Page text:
St Polycarp, the disciple of St John the Evangelist and bishop of Smyrna, visited Rome in 159 to confer with Anicetus, the bishop of that see, on the subject; and urged the tradition, which he had received from the apostle, of observing the fourteenth day.
Anicetus, however, declined to admit the Jewish custom in the churches under his jurisdiction, but readily communicated with Polycarp and those who followed it.
ANICETUS, pope c. 154-167.
The only points of sure information which we possess relate to (1) his relations with Ignatius, (2) his protests against heresy, (3) his visit to Rome in the time of Anicetus, (4) his martyrdom.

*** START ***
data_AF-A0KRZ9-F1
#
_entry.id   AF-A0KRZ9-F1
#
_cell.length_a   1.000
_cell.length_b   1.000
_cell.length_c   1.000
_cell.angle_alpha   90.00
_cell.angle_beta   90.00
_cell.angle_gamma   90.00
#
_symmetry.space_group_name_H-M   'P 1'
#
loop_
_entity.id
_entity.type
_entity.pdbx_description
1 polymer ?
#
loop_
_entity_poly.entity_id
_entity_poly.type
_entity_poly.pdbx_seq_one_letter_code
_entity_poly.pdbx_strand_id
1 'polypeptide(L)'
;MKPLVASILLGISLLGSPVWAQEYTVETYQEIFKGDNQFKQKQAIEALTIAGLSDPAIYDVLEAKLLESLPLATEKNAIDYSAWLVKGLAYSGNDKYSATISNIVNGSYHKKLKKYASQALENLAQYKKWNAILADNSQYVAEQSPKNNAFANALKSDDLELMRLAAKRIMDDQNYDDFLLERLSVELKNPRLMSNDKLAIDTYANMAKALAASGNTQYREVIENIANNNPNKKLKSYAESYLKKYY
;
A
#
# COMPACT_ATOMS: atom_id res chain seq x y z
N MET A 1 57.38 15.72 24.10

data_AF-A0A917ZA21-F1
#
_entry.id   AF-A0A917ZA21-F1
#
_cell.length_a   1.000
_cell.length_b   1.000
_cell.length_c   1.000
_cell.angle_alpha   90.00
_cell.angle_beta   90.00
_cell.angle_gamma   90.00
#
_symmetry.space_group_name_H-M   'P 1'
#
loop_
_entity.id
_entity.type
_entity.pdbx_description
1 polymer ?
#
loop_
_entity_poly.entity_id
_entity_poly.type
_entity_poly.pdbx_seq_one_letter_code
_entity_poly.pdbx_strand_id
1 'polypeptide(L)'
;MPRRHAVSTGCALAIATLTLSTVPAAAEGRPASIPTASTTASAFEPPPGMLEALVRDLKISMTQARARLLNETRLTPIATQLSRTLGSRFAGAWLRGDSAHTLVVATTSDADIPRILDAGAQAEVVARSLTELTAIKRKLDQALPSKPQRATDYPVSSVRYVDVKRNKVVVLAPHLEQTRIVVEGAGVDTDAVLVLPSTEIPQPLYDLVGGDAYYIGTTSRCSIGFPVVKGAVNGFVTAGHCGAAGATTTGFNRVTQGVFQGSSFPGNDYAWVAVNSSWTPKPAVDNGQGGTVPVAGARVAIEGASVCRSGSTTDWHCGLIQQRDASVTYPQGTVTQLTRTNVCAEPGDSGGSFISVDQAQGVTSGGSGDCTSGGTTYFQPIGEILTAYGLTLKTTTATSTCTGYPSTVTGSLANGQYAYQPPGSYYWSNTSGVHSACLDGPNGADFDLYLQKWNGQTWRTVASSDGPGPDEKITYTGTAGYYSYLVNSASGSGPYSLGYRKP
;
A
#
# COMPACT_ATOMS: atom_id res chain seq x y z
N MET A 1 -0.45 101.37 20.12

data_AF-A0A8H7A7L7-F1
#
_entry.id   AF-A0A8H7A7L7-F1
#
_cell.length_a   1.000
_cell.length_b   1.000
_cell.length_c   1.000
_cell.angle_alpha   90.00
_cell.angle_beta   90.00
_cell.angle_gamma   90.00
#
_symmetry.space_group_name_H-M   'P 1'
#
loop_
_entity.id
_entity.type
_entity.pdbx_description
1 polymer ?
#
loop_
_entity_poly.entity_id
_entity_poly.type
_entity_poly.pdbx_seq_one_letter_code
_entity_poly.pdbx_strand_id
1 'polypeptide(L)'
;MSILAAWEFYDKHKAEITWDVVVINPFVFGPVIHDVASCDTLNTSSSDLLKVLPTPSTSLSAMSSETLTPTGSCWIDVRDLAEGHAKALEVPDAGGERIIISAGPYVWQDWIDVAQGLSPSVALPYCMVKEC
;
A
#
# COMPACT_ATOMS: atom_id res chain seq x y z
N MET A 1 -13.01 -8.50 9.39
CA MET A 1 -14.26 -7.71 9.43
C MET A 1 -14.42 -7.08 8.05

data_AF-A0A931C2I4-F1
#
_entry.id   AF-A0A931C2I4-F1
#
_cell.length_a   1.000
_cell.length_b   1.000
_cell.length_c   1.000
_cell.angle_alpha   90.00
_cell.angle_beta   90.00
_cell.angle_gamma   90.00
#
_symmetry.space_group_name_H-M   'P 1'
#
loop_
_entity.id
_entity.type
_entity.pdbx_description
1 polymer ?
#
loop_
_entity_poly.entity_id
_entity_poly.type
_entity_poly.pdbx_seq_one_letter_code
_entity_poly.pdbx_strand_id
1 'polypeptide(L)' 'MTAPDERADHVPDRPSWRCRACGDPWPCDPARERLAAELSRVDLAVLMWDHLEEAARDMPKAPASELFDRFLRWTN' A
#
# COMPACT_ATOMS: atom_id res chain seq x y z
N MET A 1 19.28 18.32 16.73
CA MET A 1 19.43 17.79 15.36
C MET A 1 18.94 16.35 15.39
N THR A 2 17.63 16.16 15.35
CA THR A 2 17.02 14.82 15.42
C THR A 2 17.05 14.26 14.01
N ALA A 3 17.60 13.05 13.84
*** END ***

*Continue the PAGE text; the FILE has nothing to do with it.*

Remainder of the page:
We learn further that Anicetus as a mark of special honour allowed Polycarp to celebrate the Eucharist in the church, and that many Marcionites and Valentinians were converted by him during his stay in Rome.
The balance of opinion seems to favour the latter alternative, because it leaves more room for Polycarp's visit to Anicetus, who only became bishop of Rome in 154.
Her first object was the final ruin of Agrippina, and by rousing Nero's jealousy and fear she induced him to seek her death, with the aid of a freedman Anicetus, praefect of the fleet of Misenum.
A body of soldiers under Anicetus then surrounded her villa, and murdered her in her own chamber.